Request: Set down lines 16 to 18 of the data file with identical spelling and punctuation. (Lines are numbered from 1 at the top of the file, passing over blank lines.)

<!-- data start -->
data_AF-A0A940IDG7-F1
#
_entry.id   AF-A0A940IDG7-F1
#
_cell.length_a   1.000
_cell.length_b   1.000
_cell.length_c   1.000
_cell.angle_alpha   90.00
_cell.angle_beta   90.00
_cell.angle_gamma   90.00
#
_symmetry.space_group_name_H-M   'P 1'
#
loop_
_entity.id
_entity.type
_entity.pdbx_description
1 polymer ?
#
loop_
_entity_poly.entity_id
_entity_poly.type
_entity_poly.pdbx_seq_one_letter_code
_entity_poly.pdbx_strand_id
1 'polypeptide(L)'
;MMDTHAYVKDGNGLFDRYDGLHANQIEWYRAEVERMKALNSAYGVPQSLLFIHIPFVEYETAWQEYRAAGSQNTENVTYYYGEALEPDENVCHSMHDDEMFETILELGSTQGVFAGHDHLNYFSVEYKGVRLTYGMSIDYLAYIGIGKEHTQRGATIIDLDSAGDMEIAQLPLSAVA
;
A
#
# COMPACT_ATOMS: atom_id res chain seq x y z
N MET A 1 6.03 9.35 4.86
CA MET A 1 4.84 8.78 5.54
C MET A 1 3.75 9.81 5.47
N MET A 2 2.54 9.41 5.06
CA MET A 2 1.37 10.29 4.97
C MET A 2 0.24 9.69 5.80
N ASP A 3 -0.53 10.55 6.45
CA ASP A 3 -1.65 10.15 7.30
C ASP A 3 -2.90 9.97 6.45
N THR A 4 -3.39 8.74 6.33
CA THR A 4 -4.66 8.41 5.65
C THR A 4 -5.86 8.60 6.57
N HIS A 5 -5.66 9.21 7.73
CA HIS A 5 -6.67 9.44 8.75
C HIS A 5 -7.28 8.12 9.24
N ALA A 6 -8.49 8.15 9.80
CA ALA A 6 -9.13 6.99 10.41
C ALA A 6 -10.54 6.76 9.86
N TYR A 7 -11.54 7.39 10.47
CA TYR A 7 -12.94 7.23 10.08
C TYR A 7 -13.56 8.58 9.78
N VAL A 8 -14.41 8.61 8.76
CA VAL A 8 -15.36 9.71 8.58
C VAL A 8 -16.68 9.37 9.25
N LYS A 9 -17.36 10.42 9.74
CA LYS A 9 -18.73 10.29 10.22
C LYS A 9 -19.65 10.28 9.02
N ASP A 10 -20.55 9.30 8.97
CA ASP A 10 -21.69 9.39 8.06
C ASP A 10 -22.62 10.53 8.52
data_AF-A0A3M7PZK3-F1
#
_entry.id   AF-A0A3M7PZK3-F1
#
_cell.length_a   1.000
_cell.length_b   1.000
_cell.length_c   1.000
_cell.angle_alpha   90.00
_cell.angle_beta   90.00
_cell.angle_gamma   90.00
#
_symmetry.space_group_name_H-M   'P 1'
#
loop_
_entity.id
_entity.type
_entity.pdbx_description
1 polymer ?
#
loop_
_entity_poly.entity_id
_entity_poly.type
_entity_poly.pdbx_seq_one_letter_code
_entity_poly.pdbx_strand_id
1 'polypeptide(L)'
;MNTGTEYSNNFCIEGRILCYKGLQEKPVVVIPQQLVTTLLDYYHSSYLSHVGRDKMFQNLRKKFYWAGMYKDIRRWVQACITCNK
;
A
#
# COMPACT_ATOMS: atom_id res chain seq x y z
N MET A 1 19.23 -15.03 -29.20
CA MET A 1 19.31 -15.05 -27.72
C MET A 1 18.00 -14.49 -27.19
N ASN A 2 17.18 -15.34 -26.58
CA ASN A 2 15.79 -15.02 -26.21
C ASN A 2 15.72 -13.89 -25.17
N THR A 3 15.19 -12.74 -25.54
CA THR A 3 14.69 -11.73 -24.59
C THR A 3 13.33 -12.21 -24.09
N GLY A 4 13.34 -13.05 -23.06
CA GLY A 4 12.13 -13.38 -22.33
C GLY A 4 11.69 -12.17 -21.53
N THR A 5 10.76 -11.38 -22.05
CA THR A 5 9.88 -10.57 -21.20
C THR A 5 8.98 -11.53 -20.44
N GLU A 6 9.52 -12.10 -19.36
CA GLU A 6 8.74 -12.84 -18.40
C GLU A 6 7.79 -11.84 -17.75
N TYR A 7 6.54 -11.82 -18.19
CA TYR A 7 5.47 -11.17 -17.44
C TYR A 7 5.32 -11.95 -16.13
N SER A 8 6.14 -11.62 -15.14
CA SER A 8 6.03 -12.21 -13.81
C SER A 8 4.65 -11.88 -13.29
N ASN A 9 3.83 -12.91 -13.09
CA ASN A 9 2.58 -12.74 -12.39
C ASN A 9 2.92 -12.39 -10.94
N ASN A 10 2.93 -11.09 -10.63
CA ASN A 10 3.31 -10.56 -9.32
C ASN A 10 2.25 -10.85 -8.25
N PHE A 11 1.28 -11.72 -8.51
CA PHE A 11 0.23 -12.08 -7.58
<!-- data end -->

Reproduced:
_entity.type
_entity.pdbx_description
1 polymer ?